If you want the dream to be more realistic you could take the note from the player after a certain time and they will have to remember what they can – this reflects the fact that dreams fade with time. Other than that, you can take them from the room, sit them down and tell them what they dream. What they then choose to communicate to the other players (what they remember, that is) is up to them.

Group dreams are a little more complicated but do add an extra dimension to the game. If all the PCs have the same dream then there's definitely something weird going on! Group dreams also help because each player will remember different things. You might even want each player to have a different dream which, when combined with the other dreams of the other PCs, makes more sense. This is hard work though, and might lead to misconceptions and then errors in judgment. It's usually a lot simpler to give them all have the same dream and then let them decide on its meaning from there. Group dreams can make for some long, interesting discussions as interpretations differ.

Dreams at the Gaming Table

Here are some hints on the actual use of dreams and nightmares in a game.

Don't make it a regular feature - A dream every night or even every game can be overkill and it reduces the importance of such dreams. It might get to the point where the PCs roll their eyes and mutter 'oh, great, here we go again'. Make it a special moment that heightens the drama and creates another dimension for the players to deal with.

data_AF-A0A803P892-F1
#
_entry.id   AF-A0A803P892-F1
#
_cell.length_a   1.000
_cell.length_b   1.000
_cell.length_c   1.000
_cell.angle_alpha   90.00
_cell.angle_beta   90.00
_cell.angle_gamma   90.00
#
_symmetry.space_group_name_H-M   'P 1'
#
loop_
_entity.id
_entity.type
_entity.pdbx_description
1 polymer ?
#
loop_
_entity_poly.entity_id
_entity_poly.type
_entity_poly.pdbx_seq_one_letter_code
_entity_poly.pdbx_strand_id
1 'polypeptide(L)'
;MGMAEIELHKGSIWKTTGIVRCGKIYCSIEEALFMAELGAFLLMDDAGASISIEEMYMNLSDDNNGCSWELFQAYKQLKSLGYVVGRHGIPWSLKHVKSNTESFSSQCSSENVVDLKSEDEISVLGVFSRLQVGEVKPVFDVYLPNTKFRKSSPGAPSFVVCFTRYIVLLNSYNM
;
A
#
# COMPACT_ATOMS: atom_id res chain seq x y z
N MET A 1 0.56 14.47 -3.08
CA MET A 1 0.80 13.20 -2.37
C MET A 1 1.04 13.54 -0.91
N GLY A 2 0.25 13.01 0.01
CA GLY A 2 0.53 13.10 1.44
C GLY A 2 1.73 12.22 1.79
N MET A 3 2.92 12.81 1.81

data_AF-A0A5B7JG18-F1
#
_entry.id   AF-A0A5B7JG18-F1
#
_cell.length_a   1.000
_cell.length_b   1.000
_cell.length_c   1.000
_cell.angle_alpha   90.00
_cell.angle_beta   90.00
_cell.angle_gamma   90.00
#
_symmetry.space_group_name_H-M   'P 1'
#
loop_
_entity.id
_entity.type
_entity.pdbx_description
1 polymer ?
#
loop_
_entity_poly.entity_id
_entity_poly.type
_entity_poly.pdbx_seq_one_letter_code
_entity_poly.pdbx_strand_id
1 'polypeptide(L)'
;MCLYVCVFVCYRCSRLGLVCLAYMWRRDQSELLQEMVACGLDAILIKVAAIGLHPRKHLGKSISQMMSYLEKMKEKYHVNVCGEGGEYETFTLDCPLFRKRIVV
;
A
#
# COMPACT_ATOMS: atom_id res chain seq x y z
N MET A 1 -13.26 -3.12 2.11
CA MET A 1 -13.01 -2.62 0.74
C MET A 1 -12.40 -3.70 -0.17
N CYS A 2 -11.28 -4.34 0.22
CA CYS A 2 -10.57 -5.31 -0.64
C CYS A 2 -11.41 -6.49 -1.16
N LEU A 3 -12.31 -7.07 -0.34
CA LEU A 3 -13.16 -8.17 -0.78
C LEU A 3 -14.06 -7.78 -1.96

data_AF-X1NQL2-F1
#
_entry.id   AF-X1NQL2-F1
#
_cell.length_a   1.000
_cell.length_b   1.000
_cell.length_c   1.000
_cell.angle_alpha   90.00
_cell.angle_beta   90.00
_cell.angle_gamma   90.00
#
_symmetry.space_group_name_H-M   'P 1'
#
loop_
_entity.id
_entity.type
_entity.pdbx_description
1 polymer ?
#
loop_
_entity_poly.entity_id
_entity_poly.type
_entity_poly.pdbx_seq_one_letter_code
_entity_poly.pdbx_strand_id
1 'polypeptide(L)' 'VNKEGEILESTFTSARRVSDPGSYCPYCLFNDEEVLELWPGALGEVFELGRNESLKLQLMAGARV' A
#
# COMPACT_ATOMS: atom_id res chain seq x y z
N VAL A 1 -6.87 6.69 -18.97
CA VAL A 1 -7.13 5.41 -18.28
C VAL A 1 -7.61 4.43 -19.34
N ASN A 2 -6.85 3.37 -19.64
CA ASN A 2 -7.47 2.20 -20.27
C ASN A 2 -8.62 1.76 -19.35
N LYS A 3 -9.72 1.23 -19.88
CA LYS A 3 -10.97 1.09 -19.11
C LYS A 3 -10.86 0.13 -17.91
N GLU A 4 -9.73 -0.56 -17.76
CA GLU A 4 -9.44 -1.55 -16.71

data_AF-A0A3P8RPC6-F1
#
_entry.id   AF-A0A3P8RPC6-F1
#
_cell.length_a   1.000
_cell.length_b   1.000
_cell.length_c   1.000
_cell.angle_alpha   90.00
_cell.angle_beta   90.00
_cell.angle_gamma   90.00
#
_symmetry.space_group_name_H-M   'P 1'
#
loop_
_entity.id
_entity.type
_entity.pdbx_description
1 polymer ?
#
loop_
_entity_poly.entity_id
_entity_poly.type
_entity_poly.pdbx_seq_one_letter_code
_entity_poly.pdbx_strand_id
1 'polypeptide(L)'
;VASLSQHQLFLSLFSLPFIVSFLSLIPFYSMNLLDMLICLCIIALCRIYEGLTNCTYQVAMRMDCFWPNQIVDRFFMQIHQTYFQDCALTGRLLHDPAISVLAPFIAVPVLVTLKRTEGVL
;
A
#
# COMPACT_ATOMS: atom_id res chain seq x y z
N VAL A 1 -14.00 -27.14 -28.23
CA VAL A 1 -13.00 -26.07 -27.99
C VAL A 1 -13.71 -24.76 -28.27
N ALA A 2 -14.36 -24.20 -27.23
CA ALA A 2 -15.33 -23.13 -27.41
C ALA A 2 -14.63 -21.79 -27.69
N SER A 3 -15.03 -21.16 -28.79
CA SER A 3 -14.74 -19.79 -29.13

When explaining a dream to a player, don't just reel it off and then get on with the game - Get them to sit and relax, close their eyes and place their hands on their laps. Then explain in a soft calm voice what it is they are seeing. If it's a nightmare, slowly raise your voice and keep it menacing.

If you pass a note to a player that tells them what they are dreaming, make sure that the text is kept to a minimum - All you want is imagery and symbols. A long, flowing, descriptive narrative will distract the player from what it is you want them to remember.

Make sure the players are comfortable with the genre you are playing in before introducing the concept of dreams - Dream interpretation is sometimes a serious subject and you don't want to confuse anyone.

Make notes on what it is you want to say, how it will affect the plot and then stick to it - You don't want to give away too much information and hand the story to the players on a plate.